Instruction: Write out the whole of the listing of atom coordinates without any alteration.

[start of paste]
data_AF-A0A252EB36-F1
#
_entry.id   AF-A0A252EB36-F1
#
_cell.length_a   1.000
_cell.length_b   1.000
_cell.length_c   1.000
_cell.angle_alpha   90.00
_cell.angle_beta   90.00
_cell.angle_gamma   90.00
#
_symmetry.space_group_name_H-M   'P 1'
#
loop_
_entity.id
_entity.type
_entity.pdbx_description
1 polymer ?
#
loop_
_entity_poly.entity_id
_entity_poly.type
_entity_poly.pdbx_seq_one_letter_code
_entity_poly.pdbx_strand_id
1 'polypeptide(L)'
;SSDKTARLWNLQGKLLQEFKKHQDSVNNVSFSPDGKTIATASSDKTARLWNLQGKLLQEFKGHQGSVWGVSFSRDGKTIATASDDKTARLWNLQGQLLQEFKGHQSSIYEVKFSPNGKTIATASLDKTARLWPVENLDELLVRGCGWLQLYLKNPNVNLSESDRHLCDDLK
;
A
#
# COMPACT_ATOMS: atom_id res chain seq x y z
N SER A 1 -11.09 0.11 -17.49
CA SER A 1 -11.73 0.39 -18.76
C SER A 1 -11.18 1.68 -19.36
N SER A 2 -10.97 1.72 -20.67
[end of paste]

data_AF-A0A252EB36-F1
#
_entry.id   AF-A0A252EB36-F1
#
_cell.length_a   1.000
_cell.length_b   1.000
_cell.length_c   1.000
_cell.angle_alpha   90.00
_cell.angle_beta   90.00
_cell.angle_gamma   90.00
#
_symmetry.space_group_name_H-M   'P 1'
#
loop_
_entity.id
_entity.type
_entity.pdbx_description
1 polymer ?
#
loop_
_entity_poly.entity_id
_entity_poly.type
_entity_poly.pdbx_seq_one_letter_code
_entity_poly.pdbx_strand_id
1 'polypeptide(L)'
;SSDKTARLWNLQGKLLQEFKKHQDSVNNVSFSPDGKTIATASSDKTARLWNLQGKLLQEFKGHQGSVWGVSFSRDGKTIATASDDKTARLWNLQGQLLQEFKGHQSSIYEVKFSPNGKTIATASLDKTARLWPVENLDELLVRGCGWLQLYLKNPNVNLSESDRHLCDDLK
;
A
#
# COMPACT_ATOMS: atom_id res chain seq x y z
N SER A 1 -11.09 0.11 -17.49
CA SER A 1 -11.73 0.39 -18.76
C SER A 1 -11.18 1.68 -19.36
N SER A 2 -10.97 1.72 -20.67